14th March 2018 — Alex Preston made his return this week after offering to run a creative writing master class for the Year 7 and 8 pupils as a thank you for the "extraordinary warmth and joy" the school gave him as a child.
He and his brother, the Celebrity Big Brother star and singer, Samuel Preston of the Ordinary Boys, attended the independent school near Worthing during the 1980s and 1990s.
“Sompting Abbotts was my sweet spot. What it did was to nourish a deep love of learning, particularly of English literature,” said Alex Preston, who won his scholarship to Lancing College at the school.
Preston's first novel, This Bleeding City, published by Faber and Faber, won the Spear's Best First Novel Prize, the Edinburgh International Book Festival Readers' First Book Award, and was chosen as one of Waterstone's New Voices 2010. It has been translated into 12 languages. His second, The Revelations was published in February 2012, while his third, In Love and War, was featured on BBC Radio 4's Book at Bedtime. Preston reviews books for national newspapers and magazines and is a regular panelist on BBC2's The Review Show. He is the grandson of Princeton University English professor and literary critic, Samuel Hynes.
"I wanted to give the students a taste of what studying Creative Writing at university might be like and so I delivered them a brief lecture on the building blocks of good prose - how to come up with ideas, how to build character, how to shape plot," said Alex, who is also a Senior Lecturer in Creative Writing at the University of Kent. "We discussed the Socratic method, using a piece of Platonic dialogue to investigate ideas about how meaning inherent in words changes across different cultures and languages."
The students, he said, responded brilliantly to the material, coming up with superb examples of their own. "They showed what creative and unusual brains Sompting Abbotts has helped nurture. The Year 8 students were particularly sharp and displayed both lateral thinking and a deep love of literature – just the qualities that the school nourished in me 25 years earlier."
The Year 8 pupils, many of whom are studying for senior school scholarships exams right now, felt they had benefited hugely from their tutorial with a successful contemporary novelist.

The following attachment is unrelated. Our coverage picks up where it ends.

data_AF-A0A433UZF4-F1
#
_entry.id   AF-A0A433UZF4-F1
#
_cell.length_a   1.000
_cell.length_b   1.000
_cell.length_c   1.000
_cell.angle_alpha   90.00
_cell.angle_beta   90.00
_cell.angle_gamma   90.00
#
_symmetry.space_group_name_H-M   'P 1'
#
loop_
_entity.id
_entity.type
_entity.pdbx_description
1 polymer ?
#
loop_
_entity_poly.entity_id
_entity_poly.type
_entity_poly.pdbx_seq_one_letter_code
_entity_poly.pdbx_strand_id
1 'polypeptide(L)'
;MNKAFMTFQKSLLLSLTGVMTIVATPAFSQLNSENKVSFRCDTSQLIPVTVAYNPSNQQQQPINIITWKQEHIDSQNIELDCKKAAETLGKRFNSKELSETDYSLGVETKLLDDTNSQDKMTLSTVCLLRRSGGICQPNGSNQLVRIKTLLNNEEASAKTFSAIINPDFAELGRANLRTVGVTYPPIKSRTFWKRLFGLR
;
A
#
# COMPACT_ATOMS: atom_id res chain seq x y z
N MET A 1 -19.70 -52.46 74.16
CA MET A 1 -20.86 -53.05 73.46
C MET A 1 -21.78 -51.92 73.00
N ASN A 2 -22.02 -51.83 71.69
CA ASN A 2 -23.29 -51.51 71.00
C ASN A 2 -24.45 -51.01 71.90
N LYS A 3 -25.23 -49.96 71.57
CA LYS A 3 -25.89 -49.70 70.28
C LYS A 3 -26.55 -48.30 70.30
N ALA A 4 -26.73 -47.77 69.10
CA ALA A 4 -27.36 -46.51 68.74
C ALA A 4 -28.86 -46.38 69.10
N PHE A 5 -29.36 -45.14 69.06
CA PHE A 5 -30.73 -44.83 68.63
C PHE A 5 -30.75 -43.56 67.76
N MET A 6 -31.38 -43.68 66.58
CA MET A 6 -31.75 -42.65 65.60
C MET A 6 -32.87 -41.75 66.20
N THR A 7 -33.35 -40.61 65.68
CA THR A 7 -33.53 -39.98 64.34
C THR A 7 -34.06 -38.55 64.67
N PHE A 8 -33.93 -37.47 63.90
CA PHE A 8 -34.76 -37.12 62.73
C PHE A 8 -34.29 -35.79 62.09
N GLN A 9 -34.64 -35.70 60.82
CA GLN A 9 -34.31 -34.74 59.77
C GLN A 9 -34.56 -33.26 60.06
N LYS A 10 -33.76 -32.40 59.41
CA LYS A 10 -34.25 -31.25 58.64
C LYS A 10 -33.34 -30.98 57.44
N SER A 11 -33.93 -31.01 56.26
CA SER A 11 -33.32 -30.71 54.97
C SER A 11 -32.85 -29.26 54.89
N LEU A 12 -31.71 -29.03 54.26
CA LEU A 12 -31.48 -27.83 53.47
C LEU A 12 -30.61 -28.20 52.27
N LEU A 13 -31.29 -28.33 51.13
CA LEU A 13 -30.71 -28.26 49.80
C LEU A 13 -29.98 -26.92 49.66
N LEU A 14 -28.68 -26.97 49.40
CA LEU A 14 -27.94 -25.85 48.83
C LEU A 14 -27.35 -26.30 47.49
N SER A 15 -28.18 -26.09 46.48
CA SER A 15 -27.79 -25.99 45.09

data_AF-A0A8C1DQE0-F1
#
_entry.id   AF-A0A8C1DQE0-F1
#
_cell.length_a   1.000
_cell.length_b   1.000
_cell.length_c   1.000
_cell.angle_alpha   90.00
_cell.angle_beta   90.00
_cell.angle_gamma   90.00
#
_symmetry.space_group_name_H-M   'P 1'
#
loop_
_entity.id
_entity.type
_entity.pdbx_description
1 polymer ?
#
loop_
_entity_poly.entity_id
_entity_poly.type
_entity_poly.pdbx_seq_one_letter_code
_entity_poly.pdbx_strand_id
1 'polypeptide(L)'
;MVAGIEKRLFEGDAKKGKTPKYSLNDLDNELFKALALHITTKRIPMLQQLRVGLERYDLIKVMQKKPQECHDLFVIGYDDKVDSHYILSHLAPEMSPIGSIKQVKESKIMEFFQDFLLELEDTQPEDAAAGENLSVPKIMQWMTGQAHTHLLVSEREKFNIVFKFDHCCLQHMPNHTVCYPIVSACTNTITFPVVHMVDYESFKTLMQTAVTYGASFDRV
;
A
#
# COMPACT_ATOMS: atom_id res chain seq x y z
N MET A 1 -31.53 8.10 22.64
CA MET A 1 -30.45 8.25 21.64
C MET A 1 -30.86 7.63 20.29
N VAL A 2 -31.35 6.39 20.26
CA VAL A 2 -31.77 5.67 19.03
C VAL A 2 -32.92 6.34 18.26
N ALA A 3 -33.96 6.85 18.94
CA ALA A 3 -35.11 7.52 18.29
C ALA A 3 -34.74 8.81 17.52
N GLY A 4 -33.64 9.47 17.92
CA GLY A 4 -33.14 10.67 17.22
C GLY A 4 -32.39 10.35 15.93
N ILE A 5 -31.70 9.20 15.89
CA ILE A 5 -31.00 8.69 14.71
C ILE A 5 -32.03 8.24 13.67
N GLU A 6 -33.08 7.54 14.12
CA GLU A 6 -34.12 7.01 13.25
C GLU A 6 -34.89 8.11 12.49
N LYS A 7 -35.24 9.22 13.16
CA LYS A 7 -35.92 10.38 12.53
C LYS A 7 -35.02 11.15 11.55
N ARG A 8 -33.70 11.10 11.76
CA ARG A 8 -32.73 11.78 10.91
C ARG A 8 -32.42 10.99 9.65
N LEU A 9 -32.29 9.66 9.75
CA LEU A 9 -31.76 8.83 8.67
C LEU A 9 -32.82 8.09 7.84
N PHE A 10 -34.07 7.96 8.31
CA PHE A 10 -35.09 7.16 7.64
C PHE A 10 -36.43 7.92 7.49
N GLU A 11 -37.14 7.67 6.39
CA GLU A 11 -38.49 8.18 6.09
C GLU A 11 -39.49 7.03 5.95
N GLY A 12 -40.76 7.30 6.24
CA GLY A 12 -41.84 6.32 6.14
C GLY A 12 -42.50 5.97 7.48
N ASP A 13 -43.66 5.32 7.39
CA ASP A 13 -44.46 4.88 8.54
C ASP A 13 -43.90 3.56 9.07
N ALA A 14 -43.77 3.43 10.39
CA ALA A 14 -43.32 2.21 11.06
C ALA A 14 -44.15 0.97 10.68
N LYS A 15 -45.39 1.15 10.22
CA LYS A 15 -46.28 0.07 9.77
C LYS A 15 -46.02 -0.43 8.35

"It's not every day you get to meet a famous author!" said Ethan R. "It was very informative and I hope it will help my creative writing skills."
"He was very inspiring and he's galvanized me to try a career involving creative writing," said George B-N. "My passion for it was set alight by his talk."
Another pupil Jonny T added: "I thought his visit was really interesting, I liked the ideas about putting characters in awkward situations to drive a plot and using actions to convey emotions. I think my creative writing will become more vivid now."
Headmaster Stuart Douch said: "It was invigorating and enthusing for us to meet an Old Abbottonian who is creating great literature and inspiring others to express themselves with the written word. It was a brilliant event."
Preston toured the school and sat down to a school lunch with the staff and pupils in the dining room where he used to eat 25 years ago.
"You only need to walk around Sompting Abbotts to know that this is a special place - from the quality of books on the many shelves (and in students’ hands) to the atmosphere of intellectual endeavour and cheerful spirits that wafts about the place," Preston said.
He added: "The school has kept the things that made it unique and inimitable. Progress is knowing what to discard and what to hold onto as we move into the future; it feels to me like Sompting Abbotts has made the right decision at every step of its development over the past quarter-century and I can only hope that it continues to flourish for many years to come."
Running a good school, he said, was both a science and an art. "But Sompting Abbotts has something else on top of these: a magic that means that for all who pass through it will continue to conjure feelings of warmth, happiness and decency."